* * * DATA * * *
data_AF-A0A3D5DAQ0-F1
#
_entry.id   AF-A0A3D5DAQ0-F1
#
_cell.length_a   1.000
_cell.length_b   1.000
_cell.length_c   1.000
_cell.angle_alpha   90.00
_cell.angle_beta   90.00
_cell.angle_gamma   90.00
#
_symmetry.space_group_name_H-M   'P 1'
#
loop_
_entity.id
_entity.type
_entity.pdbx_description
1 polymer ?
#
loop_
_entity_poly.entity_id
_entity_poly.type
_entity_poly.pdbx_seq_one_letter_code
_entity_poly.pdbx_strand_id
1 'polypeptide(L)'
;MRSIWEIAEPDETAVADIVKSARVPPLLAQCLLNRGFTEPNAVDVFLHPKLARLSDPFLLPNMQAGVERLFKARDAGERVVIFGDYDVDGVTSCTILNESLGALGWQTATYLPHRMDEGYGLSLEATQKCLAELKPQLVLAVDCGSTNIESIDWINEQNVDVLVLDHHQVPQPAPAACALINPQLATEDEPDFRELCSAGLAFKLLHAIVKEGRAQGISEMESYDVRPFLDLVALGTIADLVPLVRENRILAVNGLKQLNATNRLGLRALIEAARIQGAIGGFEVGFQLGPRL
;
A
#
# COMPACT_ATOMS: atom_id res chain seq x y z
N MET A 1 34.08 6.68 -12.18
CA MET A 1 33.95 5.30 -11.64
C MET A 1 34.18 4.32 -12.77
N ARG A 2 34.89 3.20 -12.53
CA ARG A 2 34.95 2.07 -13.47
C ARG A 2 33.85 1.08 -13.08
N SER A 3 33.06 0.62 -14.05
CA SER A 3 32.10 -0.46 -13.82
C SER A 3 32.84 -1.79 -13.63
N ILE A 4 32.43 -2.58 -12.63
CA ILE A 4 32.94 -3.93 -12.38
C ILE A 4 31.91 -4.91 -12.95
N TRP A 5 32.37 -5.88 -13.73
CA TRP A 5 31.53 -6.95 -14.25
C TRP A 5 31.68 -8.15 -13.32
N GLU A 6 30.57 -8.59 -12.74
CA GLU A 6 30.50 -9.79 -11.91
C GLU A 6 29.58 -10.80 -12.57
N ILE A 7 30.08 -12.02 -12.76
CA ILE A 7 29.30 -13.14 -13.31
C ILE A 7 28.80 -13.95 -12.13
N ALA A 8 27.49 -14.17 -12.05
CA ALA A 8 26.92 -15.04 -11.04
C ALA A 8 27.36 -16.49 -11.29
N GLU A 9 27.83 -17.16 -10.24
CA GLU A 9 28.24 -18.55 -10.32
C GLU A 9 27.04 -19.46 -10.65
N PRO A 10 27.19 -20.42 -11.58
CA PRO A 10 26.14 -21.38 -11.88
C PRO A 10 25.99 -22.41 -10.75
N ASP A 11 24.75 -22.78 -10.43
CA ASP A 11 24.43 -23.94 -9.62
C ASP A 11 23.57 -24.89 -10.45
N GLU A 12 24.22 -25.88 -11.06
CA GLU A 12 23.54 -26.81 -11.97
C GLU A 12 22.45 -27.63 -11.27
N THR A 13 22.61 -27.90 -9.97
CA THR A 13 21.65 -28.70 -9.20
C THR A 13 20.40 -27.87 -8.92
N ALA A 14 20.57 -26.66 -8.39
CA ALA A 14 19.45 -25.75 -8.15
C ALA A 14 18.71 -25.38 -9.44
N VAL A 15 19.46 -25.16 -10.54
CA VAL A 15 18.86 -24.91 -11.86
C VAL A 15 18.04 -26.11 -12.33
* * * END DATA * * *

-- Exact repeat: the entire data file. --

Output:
data_AF-A0A3D5DAQ0-F1
#
_entry.id   AF-A0A3D5DAQ0-F1
#
_cell.length_a   1.000
_cell.length_b   1.000
_cell.length_c   1.000
_cell.angle_alpha   90.00
_cell.angle_beta   90.00
_cell.angle_gamma   90.00
#
_symmetry.space_group_name_H-M   'P 1'
#
loop_
_entity.id
_entity.type
_entity.pdbx_description
1 polymer ?
#
loop_
_entity_poly.entity_id
_entity_poly.type
_entity_poly.pdbx_seq_one_letter_code
_entity_poly.pdbx_strand_id
1 'polypeptide(L)'
;MRSIWEIAEPDETAVADIVKSARVPPLLAQCLLNRGFTEPNAVDVFLHPKLARLSDPFLLPNMQAGVERLFKARDAGERVVIFGDYDVDGVTSCTILNESLGALGWQTATYLPHRMDEGYGLSLEATQKCLAELKPQLVLAVDCGSTNIESIDWINEQNVDVLVLDHHQVPQPAPAACALINPQLATEDEPDFRELCSAGLAFKLLHAIVKEGRAQGISEMESYDVRPFLDLVALGTIADLVPLVRENRILAVNGLKQLNATNRLGLRALIEAARIQGAIGGFEVGFQLGPRL
;
A
#
# COMPACT_ATOMS: atom_id res chain seq x y z
N MET A 1 34.08 6.68 -12.18
CA MET A 1 33.95 5.30 -11.64
C MET A 1 34.18 4.32 -12.77
N ARG A 2 34.89 3.20 -12.53
CA ARG A 2 34.95 2.07 -13.47
C ARG A 2 33.85 1.08 -13.08
N SER A 3 33.06 0.62 -14.05
CA SER A 3 32.10 -0.46 -13.82
C SER A 3 32.84 -1.79 -13.63
N ILE A 4 32.43 -2.58 -12.63
CA ILE A 4 32.94 -3.93 -12.38
C ILE A 4 31.91 -4.91 -12.95
N TRP A 5 32.37 -5.88 -13.73
CA TRP A 5 31.53 -6.95 -14.25
C TRP A 5 31.68 -8.15 -13.32
N GLU A 6 30.57 -8.59 -12.74
CA GLU A 6 30.50 -9.79 -11.91
C GLU A 6 29.58 -10.80 -12.57
N ILE A 7 30.08 -12.02 -12.76
CA ILE A 7 29.30 -13.14 -13.31
C ILE A 7 28.80 -13.95 -12.13
N ALA A 8 27.49 -14.17 -12.05
CA ALA A 8 26.92 -15.04 -11.04
C ALA A 8 27.36 -16.49 -11.29
N GLU A 9 27.83 -17.16 -10.24
CA GLU A 9 28.24 -18.55 -10.32
C GLU A 9 27.04 -19.46 -10.65
N PRO A 10 27.19 -20.42 -11.58
CA PRO A 10 26.14 -21.38 -11.88
C PRO A 10 25.99 -22.41 -10.75
N ASP A 11 24.75 -22.78 -10.43
CA ASP A 11 24.43 -23.94 -9.62
C ASP A 11 23.57 -24.89 -10.45
N GLU A 12 24.22 -25.88 -11.06
CA GLU A 12 23.54 -26.81 -11.97
C GLU A 12 22.45 -27.63 -11.27
N THR A 13 22.61 -27.90 -9.97
CA THR A 13 21.65 -28.70 -9.20
C THR A 13 20.40 -27.87 -8.92
N ALA A 14 20.57 -26.66 -8.39
CA ALA A 14 19.45 -25.75 -8.15
C ALA A 14 18.71 -25.38 -9.44
N VAL A 15 19.46 -25.16 -10.54
CA VAL A 15 18.86 -24.91 -11.86
C VAL A 15 18.04 -26.11 -12.33